I Have Too Many Credit Cards. What Can I Do?


Besides the obvious fact that there are only so many credit cards you can squeeze into your wallet, there are times when you might consider paring down or simplifying the credit cards you carry.

Before You Close a Card…

Before you start cutting up cards and calling issuers to close your accounts, there are some consequences you should consider. Specifically, closing a bunch of credit cards — even if you have a good reason to — can hurt your credit and potentially make it more difficult to open new cards down the road.

When you close a credit card, you directly impact your credit scores in three ways: You reduce your overall credit limit on your revolving accounts, impact the age of your credit history and potentially hurt your mix of accounts, too. You can see where your credit scores currently stand by seeing two of your credit scores for free on Credit.com.

Whether you’re facing a tight financial time and need to cut back or have just realized that you’re not managing your credit cards smartly, each problem that might make you want to close a credit card has some alternate solutions as well. Here are some of the common problems that prompt consumers to close credit cards and how to make the right choice for your money and credit.

Problem #1: I’m Spending More on Credit Cards Than I Can Pay Back

If you find yourself unable to pay off your credit cards in full every month and are quickly seeing a pattern that’s making you worry about a major credit card debt problem, you might be thinking that cutting up your cards is the best move. And it very well could be. But closing the cards doesn’t erase the debt you currently carry on those cards — it just prevents you from adding to those balances. You may want to consider some classic get-out-of-debt options like a personal loan to consolidate debt (counterintuitive, I know) or opening a balance transfer credit card to get some 0% interest breathing room while you make a plan to pay off your debt and, more importantly, avoid getting back into credit card debt.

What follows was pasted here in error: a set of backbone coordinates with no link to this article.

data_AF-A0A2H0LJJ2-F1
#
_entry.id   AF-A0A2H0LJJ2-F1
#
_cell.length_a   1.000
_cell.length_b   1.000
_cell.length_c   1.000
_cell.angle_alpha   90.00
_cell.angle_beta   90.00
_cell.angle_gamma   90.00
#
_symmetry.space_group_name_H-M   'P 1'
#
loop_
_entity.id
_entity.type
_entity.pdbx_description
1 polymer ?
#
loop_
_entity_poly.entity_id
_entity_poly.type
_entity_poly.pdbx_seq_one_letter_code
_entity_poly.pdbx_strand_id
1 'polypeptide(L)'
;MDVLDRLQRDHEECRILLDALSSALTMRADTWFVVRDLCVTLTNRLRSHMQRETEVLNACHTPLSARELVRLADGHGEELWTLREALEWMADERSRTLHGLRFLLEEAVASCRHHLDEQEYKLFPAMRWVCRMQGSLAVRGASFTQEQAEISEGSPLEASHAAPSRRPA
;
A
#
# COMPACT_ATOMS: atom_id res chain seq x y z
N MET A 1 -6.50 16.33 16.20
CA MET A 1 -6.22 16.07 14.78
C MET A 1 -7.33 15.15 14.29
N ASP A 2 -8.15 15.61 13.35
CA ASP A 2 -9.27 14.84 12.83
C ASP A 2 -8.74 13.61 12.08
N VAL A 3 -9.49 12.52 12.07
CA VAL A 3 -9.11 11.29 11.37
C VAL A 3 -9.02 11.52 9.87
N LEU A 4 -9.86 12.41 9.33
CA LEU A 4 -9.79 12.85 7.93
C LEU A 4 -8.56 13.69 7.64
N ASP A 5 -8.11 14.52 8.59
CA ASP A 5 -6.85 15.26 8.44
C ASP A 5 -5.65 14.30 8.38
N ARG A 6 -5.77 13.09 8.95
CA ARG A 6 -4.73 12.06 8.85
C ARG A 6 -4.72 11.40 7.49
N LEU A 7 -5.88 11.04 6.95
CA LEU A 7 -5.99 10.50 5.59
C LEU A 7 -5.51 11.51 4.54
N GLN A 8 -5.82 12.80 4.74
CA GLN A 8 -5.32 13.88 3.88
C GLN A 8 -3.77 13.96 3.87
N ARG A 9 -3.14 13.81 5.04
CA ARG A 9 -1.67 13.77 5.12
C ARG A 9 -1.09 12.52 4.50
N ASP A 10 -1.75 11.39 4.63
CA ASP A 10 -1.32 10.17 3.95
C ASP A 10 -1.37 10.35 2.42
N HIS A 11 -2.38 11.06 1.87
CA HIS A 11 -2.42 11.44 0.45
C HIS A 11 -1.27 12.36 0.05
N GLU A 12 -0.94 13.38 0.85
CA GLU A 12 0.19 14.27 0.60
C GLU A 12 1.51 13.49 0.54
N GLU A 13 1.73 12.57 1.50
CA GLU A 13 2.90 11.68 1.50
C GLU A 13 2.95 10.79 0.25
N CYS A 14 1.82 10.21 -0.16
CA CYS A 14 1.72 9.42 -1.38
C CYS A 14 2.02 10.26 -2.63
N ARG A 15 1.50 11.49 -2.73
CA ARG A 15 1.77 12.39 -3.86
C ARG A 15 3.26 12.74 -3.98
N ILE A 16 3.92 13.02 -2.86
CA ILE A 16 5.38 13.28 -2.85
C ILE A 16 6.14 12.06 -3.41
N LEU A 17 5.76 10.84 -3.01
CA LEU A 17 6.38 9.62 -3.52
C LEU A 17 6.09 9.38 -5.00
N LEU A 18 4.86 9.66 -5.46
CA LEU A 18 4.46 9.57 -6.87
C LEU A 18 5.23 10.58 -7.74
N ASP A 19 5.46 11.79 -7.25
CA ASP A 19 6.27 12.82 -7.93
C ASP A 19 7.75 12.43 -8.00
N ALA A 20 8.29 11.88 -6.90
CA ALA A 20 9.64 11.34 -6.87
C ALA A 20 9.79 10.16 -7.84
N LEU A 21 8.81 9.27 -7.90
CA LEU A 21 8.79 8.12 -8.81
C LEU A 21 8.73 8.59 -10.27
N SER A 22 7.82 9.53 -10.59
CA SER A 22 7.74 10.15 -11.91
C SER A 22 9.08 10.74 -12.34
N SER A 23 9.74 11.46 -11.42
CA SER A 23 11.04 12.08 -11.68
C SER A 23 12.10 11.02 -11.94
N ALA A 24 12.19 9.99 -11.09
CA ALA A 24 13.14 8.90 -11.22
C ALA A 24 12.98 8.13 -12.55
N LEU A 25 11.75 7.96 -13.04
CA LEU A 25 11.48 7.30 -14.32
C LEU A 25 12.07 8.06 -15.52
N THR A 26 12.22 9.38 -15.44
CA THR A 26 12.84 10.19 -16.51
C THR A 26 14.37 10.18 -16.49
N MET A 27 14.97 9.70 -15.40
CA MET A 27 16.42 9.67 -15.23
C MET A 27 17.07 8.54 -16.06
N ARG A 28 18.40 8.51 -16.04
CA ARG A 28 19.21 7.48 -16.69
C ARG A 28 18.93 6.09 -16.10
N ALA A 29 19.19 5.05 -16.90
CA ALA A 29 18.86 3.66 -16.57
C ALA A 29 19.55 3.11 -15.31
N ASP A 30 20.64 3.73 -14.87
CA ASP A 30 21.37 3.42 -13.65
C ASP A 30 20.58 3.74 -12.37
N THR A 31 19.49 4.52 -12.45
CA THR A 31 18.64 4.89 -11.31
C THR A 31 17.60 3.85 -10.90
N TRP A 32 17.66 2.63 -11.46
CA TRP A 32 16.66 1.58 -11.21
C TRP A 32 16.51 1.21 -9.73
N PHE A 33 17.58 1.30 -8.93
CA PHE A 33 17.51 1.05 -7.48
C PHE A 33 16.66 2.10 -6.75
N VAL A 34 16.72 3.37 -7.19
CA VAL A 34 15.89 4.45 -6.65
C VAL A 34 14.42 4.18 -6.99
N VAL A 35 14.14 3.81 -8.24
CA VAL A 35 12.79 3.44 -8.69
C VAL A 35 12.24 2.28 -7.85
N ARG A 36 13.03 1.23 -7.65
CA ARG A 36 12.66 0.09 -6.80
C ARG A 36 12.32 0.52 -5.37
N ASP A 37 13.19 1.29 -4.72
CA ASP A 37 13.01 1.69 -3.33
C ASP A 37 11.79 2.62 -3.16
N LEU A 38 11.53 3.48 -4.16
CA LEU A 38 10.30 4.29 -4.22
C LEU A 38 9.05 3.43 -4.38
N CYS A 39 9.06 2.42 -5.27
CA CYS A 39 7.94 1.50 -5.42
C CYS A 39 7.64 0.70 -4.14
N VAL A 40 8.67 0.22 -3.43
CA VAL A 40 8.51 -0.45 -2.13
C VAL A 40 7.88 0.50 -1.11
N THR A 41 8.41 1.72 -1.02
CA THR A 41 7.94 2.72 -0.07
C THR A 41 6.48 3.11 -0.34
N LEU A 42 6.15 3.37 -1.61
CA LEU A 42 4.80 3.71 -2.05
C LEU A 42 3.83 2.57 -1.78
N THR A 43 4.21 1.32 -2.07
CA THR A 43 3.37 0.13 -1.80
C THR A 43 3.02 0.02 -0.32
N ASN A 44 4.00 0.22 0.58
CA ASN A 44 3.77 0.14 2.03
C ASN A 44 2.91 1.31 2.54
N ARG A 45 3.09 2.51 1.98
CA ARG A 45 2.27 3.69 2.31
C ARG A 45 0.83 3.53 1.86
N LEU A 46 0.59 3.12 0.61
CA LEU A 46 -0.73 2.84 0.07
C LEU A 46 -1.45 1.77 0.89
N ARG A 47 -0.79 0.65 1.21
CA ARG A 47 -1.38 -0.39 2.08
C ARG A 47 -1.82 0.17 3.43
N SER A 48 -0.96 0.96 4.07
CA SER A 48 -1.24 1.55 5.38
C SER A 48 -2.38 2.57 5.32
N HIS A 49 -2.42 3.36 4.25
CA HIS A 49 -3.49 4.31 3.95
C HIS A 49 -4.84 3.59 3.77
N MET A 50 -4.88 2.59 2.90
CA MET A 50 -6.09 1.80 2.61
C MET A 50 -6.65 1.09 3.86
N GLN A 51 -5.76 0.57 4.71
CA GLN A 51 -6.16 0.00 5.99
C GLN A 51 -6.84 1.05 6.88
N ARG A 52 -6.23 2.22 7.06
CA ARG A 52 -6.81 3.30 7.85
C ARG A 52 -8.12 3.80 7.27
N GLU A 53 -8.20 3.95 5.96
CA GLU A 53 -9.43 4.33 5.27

Problem #2: I Have Too Many Credit Cards With Annual Fees

Carrying six or seven credit cards in your wallet and not using them is costing you nothing — unless some of those cards have annual fees. Then, it could be costing you hundreds of dollars a year. You could close the cards, but you also may be able to work with the issuers to get some of your annual fees waived temporarily. Or, potentially, you could ask to move to a no-annual-fee option of the same card. That option may not be available from every issuer, but it’s worth a phone call to customer service to explore your options.

Problem #3: I’m Missing Payments Because I Can’t Keep All My Credit Cards Straight

Payment history is the most important factor in your credit scores, and recovering from a negative hit like a missed payment can take years, though there are things you can do to improve your credit score in the meantime.

If you’re missing payments or paying late purely because you have too many credit cards to keep organized, you have a great reason to consider closing accounts. One thing you might consider first, though, is setting up payment alerts. Most of the major credit card issuers have account alert settings that will email or text you reminders of your payment due date. These issuer reminders, or even setting calendar reminders for yourself on your smartphone, could be a great way to tackle the problem without closing a card.